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Transportation Infrastructure

Florida Keys Hurricane 1935

Marine Navigation

Much of the waters of the Florida Keys are shallow shoals over which small marine craft may pass over without running aground.

Figure 1:  Small craft on the waters of the Florida Keys. [NOAA]

However, even with small craft, some navigation skill is required. Consider the photograph above. In the background, between the boat and the shore, a light colored strip of water indicates there is shallow sandy bottom there, which the boat should avoid. Hence, the boat is proceeding parallel to that strip.

By standing tall to get a better view of the surrounding water, the driver is able to identify the deeper areas to guide the boat through. These deeper areas are called channels.

Figure 2:  Aerial view of uninhabited Keys. Sandy shoals (shallow water), with 6 channels crossing the shoals, are shown in lower left.

Channel Markers

Sometimes, it is not easy to find a channel. When the water has wind waves, you may not be able to see the bottom to identify where the shallow and deep areas are. In that case, boaters can look for markers to identify where the channels are.

Figure 3:  Coast Guard patrol boat (left) approaching a green channel marker (right). By staying within markers, boaters are assured of staying within a channel.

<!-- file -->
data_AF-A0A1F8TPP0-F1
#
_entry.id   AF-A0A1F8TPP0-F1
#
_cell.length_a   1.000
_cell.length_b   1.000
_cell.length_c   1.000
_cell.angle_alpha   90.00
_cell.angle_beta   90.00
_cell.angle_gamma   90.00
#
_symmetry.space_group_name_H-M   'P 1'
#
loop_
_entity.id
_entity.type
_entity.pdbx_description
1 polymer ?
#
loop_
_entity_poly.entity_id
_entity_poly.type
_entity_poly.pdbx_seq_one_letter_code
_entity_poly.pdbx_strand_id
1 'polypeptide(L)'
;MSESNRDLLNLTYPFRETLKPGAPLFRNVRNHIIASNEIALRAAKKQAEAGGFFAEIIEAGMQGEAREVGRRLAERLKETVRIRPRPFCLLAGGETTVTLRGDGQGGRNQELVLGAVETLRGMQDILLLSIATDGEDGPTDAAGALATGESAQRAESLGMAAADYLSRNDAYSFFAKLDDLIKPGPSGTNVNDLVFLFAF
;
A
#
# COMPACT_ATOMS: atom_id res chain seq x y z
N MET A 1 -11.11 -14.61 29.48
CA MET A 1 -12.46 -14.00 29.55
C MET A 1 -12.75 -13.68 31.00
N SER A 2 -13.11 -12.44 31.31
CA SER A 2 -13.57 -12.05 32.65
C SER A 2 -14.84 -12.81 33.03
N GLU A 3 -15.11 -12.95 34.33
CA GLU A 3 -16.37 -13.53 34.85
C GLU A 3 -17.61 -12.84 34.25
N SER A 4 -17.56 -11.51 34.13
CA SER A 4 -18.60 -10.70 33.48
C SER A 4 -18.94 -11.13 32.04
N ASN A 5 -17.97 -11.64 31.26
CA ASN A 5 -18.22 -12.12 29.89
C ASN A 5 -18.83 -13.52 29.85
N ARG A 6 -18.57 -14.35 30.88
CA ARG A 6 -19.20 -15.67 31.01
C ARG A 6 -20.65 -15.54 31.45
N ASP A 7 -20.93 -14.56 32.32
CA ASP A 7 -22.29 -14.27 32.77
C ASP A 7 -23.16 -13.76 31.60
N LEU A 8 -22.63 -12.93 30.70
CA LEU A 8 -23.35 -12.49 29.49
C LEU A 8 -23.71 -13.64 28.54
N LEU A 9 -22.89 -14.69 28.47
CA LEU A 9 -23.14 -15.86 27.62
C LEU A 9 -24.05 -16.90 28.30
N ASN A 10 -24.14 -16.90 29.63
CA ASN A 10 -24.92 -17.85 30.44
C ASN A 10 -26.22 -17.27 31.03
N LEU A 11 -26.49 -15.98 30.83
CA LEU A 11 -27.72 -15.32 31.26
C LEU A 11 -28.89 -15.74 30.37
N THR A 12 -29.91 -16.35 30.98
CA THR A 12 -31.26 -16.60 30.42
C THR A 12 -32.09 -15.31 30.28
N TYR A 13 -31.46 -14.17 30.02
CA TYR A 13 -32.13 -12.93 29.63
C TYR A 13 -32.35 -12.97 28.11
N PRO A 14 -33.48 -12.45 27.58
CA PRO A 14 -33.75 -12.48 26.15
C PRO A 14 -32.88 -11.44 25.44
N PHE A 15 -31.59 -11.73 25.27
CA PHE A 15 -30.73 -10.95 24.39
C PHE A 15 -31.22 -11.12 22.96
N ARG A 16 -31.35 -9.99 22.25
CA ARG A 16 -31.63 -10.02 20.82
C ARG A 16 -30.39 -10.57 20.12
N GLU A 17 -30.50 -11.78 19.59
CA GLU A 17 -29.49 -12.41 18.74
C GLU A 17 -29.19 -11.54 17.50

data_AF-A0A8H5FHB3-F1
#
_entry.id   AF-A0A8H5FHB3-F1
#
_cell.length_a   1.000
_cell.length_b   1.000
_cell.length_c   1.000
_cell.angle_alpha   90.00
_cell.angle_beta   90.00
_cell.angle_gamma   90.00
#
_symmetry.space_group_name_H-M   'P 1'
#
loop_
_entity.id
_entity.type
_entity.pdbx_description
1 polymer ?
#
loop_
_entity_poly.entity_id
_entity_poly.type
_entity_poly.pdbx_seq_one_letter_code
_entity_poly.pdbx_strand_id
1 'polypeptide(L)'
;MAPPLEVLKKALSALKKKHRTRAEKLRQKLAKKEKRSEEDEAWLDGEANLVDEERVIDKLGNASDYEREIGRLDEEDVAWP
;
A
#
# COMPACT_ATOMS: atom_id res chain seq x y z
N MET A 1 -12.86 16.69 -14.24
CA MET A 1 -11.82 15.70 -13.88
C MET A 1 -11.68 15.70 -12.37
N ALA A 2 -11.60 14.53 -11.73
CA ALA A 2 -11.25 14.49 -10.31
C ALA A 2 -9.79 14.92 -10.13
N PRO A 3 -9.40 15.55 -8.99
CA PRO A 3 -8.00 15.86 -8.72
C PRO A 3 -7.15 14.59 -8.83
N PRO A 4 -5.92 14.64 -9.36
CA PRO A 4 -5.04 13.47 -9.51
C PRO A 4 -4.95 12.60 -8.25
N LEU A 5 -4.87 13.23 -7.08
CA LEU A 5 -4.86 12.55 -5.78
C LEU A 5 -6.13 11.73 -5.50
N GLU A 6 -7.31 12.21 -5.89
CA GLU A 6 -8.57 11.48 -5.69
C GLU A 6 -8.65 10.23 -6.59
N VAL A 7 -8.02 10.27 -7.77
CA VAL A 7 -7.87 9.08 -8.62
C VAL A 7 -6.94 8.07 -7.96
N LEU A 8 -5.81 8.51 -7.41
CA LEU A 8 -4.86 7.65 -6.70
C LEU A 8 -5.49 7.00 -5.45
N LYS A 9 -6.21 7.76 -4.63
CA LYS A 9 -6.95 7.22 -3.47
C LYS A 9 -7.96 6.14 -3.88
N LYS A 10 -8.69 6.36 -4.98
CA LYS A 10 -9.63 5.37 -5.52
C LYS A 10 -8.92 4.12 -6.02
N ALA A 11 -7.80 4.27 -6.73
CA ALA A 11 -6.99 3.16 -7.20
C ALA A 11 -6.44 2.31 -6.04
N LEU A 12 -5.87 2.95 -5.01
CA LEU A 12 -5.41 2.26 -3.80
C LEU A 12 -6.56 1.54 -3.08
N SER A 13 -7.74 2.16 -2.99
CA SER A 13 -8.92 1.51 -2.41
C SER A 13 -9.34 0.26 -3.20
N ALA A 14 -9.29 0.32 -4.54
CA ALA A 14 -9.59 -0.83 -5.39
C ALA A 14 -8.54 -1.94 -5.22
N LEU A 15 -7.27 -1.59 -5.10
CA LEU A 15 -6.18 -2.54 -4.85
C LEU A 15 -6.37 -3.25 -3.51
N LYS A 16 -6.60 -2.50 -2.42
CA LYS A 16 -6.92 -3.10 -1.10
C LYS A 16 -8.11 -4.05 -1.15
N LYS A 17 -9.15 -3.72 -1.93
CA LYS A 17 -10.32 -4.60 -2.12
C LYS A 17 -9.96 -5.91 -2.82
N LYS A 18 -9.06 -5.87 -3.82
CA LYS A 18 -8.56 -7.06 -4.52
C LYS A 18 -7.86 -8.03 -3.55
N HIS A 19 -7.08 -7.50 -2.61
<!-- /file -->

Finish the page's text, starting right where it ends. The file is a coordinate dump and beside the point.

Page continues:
Larger boats must always look for markers, because they require deeper water than small boats, and should never be outside of a marked channel.

Figure 4:  Tourboat passing a channel marker in Florida Bay. Larger boats like this must always stay in marked channels.

Official channel markers, maintained by the U.S. government, are red or green. Here is an example of a red channel marker:

Figure 5:  Red channel marker.

The color and number of the channel marker can be used to find that marker on a nautical map. Here is that marker on a map:

Figure 6:  The channel marker of the preceding photograph (Red “74”) shown on a nautical chart (near top center). Water depths in this chart are in feet, for low tide.

Finding a channel marker on a map can help you determine which way to go, and show which side of the marker you should be on.

Another way to know which side of a channel marker to be on, is to remember The Three Rs:

Red on the Right side when Returning

When you are following a channel to return to port, the red markers will be on your right side.

For example, the following boat is leaving port, because the red marker they passed (far left in photo) is NOT on their right side. When they are returning to port, the red markers will be on their right side.

Figure 7:  Small craft leaving port.

Channel markers that are not installed and maintained by the government are called private markers. Private markers can be as simple as pounding a long pipe or pole vertically into the shallow bottom.

Figure 8:  Small craft (center) passing a private marker (left side of photo) on edge of a shallow area. [FlaMem]

Larger private channel markers may appear on nautical charts, labeled “Priv” with a disclaimer that they are not government maintained. Official channel markers are required by law to be maintained by the government.


Nautical Charts

Nautical charts are government maps that assist in navigation, for example showing water depths, locations of markers and light houses, reefs, shorelines, etc.

Originally nautical charts were paper maps mostly used on larger boats. Nautical charts are now also available in electronic form, for boats that have electronic equipment capable of using the new maps.


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